OpenMP uses the fork-join model of parallel execution. When a thread encounters a parallel construct, the thread creates a team composed of itself and some additional (possibly zero) helper threads. The encountering thread becomes the master of the new team. All team members execute the code in the parallel region. When a thread finishes its work within the parallel region, it waits at an implicit barrier at the end of the parallel region. When all team members have arrived at the barrier, the threads can leave the barrier. The master thread continues execution of user code in the program beyond the end of the parallel construct, while the helper threads wait to be summoned to join other teams.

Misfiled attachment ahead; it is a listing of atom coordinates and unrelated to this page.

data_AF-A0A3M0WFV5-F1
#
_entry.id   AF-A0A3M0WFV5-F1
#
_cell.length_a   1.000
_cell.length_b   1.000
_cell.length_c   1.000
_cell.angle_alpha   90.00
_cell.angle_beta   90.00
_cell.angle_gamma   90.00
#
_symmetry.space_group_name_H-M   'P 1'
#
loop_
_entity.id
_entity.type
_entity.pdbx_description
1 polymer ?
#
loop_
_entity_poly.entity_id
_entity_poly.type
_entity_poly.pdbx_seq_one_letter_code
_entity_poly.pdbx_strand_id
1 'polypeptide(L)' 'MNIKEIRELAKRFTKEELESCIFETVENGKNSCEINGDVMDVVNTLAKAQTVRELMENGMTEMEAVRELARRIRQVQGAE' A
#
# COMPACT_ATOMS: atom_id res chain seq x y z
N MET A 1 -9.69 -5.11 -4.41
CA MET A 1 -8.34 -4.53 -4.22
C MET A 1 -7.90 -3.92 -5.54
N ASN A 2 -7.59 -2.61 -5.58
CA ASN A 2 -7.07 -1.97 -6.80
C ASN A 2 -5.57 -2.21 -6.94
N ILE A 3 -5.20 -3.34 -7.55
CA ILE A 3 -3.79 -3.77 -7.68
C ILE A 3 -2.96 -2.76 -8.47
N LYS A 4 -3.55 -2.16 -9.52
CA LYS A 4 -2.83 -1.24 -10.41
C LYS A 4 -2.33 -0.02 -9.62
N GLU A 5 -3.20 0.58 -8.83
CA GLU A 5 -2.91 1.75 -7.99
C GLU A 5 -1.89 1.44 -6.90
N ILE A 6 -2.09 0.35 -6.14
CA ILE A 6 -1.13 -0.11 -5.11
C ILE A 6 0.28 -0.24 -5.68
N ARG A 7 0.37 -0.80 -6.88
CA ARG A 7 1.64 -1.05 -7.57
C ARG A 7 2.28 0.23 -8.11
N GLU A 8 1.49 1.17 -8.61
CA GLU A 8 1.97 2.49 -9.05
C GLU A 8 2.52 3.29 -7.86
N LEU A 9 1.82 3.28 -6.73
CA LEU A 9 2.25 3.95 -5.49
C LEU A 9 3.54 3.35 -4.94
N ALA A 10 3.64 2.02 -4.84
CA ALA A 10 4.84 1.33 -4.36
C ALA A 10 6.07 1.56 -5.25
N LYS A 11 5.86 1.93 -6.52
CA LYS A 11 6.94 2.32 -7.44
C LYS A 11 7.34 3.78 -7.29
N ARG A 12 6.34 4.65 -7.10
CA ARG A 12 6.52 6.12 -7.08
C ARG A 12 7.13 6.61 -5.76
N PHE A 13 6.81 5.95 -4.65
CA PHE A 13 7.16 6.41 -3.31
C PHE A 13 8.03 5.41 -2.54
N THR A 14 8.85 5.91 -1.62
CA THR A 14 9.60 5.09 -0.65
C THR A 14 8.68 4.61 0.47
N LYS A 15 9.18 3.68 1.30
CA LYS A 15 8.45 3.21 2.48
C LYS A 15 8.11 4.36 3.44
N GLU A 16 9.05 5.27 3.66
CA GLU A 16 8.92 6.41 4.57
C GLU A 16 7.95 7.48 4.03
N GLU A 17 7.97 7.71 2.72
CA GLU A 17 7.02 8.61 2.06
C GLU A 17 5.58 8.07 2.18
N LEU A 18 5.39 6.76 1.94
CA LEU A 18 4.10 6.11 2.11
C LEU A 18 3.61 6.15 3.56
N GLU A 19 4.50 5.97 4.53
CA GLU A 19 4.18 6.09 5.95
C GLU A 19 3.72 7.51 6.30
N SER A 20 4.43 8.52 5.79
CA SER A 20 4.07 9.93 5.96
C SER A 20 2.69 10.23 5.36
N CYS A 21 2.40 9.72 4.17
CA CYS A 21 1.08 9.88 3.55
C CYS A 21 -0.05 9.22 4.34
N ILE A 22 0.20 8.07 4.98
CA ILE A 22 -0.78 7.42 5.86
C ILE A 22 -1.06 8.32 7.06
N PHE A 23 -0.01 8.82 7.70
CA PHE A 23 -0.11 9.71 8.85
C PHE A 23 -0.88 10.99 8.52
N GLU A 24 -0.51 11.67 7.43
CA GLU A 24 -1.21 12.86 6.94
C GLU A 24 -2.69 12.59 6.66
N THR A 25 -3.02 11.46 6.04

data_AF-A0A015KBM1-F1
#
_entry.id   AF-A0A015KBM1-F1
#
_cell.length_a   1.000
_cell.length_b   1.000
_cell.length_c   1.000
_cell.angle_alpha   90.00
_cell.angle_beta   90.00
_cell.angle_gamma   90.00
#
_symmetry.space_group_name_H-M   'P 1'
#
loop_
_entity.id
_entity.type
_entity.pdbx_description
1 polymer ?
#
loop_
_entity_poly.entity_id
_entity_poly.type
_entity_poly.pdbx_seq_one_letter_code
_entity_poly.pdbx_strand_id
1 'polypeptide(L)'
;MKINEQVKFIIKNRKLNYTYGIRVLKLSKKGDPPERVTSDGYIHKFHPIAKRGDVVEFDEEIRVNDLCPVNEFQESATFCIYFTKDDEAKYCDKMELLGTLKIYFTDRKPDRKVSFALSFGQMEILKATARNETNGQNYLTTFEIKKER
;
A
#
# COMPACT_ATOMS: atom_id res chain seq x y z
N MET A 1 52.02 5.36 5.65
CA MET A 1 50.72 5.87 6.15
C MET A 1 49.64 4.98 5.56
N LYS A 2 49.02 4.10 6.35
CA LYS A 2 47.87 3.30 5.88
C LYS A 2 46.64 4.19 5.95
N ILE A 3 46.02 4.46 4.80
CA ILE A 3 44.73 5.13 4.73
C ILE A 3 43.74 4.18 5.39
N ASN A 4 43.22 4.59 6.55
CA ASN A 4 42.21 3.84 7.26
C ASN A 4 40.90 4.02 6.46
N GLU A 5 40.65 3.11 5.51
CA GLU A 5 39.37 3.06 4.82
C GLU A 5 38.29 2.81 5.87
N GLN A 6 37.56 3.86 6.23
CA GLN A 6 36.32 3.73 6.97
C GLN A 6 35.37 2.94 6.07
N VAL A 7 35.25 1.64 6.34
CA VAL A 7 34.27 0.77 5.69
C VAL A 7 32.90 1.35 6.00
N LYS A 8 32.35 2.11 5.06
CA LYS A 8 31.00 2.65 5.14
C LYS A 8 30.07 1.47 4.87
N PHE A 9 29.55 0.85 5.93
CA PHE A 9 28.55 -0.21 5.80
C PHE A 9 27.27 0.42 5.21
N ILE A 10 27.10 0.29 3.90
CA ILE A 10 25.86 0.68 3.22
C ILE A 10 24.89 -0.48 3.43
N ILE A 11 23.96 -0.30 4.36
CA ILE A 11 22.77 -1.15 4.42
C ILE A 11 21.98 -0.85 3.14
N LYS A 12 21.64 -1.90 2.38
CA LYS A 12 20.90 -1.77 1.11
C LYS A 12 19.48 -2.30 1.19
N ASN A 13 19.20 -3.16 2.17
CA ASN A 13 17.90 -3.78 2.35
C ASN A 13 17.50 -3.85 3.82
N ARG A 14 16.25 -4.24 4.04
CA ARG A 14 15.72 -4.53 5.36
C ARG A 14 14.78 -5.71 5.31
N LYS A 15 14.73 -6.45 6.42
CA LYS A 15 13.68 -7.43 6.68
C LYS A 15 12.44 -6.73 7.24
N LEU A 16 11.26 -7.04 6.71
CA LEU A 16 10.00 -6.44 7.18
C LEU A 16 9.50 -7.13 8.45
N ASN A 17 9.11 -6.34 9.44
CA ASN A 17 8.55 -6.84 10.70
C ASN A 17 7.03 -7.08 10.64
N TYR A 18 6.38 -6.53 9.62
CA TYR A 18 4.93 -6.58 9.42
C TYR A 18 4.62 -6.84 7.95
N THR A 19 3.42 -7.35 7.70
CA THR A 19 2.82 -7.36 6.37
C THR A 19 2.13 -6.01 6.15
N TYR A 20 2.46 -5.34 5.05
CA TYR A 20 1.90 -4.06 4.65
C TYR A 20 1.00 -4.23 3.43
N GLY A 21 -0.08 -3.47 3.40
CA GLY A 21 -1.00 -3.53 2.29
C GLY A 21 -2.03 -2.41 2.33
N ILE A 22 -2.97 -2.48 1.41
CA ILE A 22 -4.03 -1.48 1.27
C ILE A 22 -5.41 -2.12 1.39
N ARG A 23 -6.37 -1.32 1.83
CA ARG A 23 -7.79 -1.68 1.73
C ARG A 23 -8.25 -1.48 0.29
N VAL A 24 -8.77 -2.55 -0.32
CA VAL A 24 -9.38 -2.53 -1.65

OpenMP parallel regions can be nested inside each other. If nested parallelism is disabled, then the team executing a nested parallel region consists of one thread only (the thread that encountered the nested parallel construct). If nested parallelism is enabled, then the new team may consist of more than one thread.
The OpenMP runtime library maintains a pool of helper threads that can be used to work on parallel regions. When a thread encounters a parallel construct and requests a team of more than one thread, the thread will check the pool and grab idle threads from the pool, making them part of the team. The encountering thread might get fewer helper threads than it requests if the pool does not contain a sufficient number of idle threads. When the team finishes executing the parallel region, the helper threads are returned to the pool.